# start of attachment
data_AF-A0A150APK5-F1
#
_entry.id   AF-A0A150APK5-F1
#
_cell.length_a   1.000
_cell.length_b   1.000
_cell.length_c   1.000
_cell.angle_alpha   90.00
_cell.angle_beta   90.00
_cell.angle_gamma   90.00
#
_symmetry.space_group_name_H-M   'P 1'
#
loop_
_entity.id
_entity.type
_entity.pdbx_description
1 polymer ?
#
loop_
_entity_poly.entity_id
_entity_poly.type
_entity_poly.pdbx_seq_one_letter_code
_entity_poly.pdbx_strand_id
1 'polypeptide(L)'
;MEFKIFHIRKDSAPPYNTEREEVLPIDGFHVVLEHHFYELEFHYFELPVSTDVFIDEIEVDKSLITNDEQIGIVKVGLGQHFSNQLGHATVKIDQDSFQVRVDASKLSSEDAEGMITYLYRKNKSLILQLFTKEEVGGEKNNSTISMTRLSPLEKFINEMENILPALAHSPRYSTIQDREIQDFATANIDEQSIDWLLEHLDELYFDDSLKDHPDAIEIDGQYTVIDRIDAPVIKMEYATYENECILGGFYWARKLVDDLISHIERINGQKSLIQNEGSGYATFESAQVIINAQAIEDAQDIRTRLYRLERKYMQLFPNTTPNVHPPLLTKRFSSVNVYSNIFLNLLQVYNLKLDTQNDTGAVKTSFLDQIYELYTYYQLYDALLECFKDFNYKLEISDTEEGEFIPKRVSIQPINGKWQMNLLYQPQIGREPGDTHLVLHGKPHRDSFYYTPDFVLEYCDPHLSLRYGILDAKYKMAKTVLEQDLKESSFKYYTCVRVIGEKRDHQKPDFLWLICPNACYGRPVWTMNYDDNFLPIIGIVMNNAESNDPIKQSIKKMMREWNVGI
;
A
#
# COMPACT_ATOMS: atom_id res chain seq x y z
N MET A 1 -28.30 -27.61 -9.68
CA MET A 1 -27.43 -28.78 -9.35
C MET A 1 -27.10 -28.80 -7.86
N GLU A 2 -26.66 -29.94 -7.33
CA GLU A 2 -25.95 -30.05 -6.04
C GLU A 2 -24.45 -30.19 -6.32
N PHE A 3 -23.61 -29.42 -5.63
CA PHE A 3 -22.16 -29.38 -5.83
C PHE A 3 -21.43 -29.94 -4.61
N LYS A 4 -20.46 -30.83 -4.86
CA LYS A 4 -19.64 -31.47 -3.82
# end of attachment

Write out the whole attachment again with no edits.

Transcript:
data_AF-A0A150APK5-F1
#
_entry.id   AF-A0A150APK5-F1
#
_cell.length_a   1.000
_cell.length_b   1.000
_cell.length_c   1.000
_cell.angle_alpha   90.00
_cell.angle_beta   90.00
_cell.angle_gamma   90.00
#
_symmetry.space_group_name_H-M   'P 1'
#
loop_
_entity.id
_entity.type
_entity.pdbx_description
1 polymer ?
#
loop_
_entity_poly.entity_id
_entity_poly.type
_entity_poly.pdbx_seq_one_letter_code
_entity_poly.pdbx_strand_id
1 'polypeptide(L)'
;MEFKIFHIRKDSAPPYNTEREEVLPIDGFHVVLEHHFYELEFHYFELPVSTDVFIDEIEVDKSLITNDEQIGIVKVGLGQHFSNQLGHATVKIDQDSFQVRVDASKLSSEDAEGMITYLYRKNKSLILQLFTKEEVGGEKNNSTISMTRLSPLEKFINEMENILPALAHSPRYSTIQDREIQDFATANIDEQSIDWLLEHLDELYFDDSLKDHPDAIEIDGQYTVIDRIDAPVIKMEYATYENECILGGFYWARKLVDDLISHIERINGQKSLIQNEGSGYATFESAQVIINAQAIEDAQDIRTRLYRLERKYMQLFPNTTPNVHPPLLTKRFSSVNVYSNIFLNLLQVYNLKLDTQNDTGAVKTSFLDQIYELYTYYQLYDALLECFKDFNYKLEISDTEEGEFIPKRVSIQPINGKWQMNLLYQPQIGREPGDTHLVLHGKPHRDSFYYTPDFVLEYCDPHLSLRYGILDAKYKMAKTVLEQDLKESSFKYYTCVRVIGEKRDHQKPDFLWLICPNACYGRPVWTMNYDDNFLPIIGIVMNNAESNDPIKQSIKKMMREWNVGI
;
A
#
# COMPACT_ATOMS: atom_id res chain seq x y z
N MET A 1 -28.30 -27.61 -9.68
CA MET A 1 -27.43 -28.78 -9.35
C MET A 1 -27.10 -28.80 -7.86
N GLU A 2 -26.66 -29.94 -7.33
CA GLU A 2 -25.95 -30.05 -6.04
C GLU A 2 -24.45 -30.19 -6.32
N PHE A 3 -23.61 -29.42 -5.63
CA PHE A 3 -22.16 -29.38 -5.83
C PHE A 3 -21.43 -29.94 -4.61
N LYS A 4 -20.46 -30.83 -4.86
CA LYS A 4 -19.64 -31.47 -3.82